Thursday 27 January 2011

POMONA - There are no second chances in death, but the District Attorney's Office is taking a second shot at the death penalty for a convicted murderer.
Prosecutors Stacy Okun-Wiese and Pak Kouch announced Tuesday they would seek to retry the penalty phase in the murder trial of Manling Williams.
In 2007, Williams, of Rowland Heights, hacked her husband Neal to death with a samurai sword and smothered her two young children, 7-year-old Devon and 3-year-old Ian.
Williams faced the death penalty, but a jury on Nov. 29 deadlocked 8-4 in favor of death.
Judge Robert Martinez ordered a new penalty phase to begin on April 18 with jury selection.
Neal Williams' mother, Jan Williams, said she wanted only
Manling Williams
life in prison for Manling Williams."I am disappointed," she said. "I know why. They said why. But it is not what I would have chosen. That is a purely selfish standpoint of mine, I just don't want to do it again. It is hell to go through."
Okun-Wiese said prosecutors took Jan Williams' wishes into consideration but decided to retry the death penalty phase of the trial anyway.
Okun-Wiese declined a request for comment outside the courtroom.
Head Deputy District Attorney Gary Hearnsberger issued a short statement regarding the decision.
"Our view of the evidence convinces us that the death penalty is the appropriate punishment in this case," he said. "Therefore we are trying it to a new jury."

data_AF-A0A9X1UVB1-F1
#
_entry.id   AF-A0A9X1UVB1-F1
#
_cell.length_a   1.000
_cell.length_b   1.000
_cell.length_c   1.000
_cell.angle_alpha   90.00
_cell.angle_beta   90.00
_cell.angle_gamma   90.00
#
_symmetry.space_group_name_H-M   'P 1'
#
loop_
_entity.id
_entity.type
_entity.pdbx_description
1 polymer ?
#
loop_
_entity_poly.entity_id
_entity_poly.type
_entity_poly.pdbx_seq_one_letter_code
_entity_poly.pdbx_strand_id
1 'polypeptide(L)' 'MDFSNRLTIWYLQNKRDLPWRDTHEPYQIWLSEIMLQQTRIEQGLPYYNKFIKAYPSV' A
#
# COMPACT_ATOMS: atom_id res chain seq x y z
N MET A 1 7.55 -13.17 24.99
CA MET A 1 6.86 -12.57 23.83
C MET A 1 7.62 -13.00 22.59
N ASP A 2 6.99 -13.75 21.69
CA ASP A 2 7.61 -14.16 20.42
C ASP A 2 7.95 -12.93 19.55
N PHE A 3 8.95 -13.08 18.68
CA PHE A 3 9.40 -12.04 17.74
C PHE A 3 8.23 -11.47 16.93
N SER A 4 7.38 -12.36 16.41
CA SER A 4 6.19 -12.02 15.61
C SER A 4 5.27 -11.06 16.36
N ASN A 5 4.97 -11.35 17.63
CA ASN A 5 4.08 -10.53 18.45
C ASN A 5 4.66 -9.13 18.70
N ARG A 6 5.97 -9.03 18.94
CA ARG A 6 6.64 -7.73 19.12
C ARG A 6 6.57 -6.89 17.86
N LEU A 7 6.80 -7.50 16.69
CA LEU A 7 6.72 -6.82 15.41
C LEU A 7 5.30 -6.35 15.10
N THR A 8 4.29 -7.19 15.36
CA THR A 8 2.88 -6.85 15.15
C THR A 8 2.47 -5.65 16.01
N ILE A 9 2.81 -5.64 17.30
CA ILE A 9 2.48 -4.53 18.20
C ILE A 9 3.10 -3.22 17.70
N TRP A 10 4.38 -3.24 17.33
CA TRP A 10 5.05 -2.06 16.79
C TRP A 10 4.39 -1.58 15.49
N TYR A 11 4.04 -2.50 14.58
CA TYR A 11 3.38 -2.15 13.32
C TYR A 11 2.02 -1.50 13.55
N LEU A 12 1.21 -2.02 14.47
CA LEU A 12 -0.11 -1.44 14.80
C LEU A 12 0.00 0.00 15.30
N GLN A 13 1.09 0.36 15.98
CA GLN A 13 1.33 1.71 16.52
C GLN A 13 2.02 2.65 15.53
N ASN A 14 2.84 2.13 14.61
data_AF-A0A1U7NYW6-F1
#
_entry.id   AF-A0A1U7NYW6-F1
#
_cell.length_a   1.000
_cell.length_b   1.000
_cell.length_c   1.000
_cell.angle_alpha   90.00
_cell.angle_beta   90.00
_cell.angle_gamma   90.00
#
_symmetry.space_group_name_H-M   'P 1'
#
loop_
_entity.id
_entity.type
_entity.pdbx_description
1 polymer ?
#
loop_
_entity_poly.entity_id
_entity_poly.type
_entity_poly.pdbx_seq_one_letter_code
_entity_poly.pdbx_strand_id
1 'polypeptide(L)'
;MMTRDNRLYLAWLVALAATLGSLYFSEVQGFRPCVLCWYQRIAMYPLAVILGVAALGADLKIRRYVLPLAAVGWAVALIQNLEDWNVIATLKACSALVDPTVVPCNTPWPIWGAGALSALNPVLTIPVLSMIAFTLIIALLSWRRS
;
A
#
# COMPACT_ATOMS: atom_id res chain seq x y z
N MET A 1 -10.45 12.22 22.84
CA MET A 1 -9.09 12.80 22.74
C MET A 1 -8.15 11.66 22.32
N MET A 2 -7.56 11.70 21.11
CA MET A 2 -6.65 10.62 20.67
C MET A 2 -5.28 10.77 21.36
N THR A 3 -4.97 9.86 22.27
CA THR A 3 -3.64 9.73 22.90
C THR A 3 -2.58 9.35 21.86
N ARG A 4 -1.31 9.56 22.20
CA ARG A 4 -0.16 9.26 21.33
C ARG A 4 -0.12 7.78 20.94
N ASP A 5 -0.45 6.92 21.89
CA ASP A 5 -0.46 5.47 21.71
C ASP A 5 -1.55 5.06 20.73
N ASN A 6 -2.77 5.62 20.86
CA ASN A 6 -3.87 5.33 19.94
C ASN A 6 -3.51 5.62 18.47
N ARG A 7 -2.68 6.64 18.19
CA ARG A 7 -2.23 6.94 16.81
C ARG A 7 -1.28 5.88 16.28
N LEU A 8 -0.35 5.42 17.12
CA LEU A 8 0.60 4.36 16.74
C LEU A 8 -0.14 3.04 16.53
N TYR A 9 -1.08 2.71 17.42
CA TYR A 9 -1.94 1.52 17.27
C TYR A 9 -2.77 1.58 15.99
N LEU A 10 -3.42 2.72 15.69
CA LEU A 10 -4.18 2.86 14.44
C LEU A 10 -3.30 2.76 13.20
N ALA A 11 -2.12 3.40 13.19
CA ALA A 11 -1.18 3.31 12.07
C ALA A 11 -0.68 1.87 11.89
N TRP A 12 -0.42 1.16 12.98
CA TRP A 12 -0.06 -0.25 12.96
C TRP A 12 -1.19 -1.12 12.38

Manling Williams' defense attorney Haydeh Takasugi said she was "shocked" the prosecutors were still seeking the death penalty.

Her office received notice of the decision Jan. 6.
Takasugi offered a plea bargain for life without parole and Williams would waive her rights to appeal. It was denied by the prosecution.
"We have two families that went through a tragic trial," Takasugi said. "(Jan) Williams has said she can't even do a penalty phase and for them to ignore that is startling ... my heart aches for her."
Co-defense attorney Tom Althaus asked Martinez for the trial to be held in May, but the judge said he wanted to get it started as soon as possible.
The timing will make the retrial complicated, Althaus said. Expert witnesses, family, and friends will have to be contacted to testify again, some of whom came from out of town for the trial.
"It is hard for some of these (witnesses) to even understand why they have to do it again," he said. "Everyone seems to agree that life without parole is OK."
The decision from the prosecution comes following an emotional trial that lasted weeks.
Manling Williams' father Kai Tai Tsang stood in court and apologized to the Williams family, asking to bear the responsibility for his daughter's actions.
The Tsang family shared many secrets, including a tough childhood for Williams who at times was abused by her parents.
For Jan Williams and friends of the Williams family, they will be asked to recount memories of their lost loved ones again in open court, as well as talk about their former friend who took the lives of her family.
For Jan Williams, life without parole is suitable justice in this circumstance.
"I don't think the death penalty would solve anything," she said. "In general I don't think it is a deterrent. And if California isn't going to execute anyone for decades, it is kind of silly to have a death penalty. It would definitely be cost effective and easier on the families to just give them life without parole."

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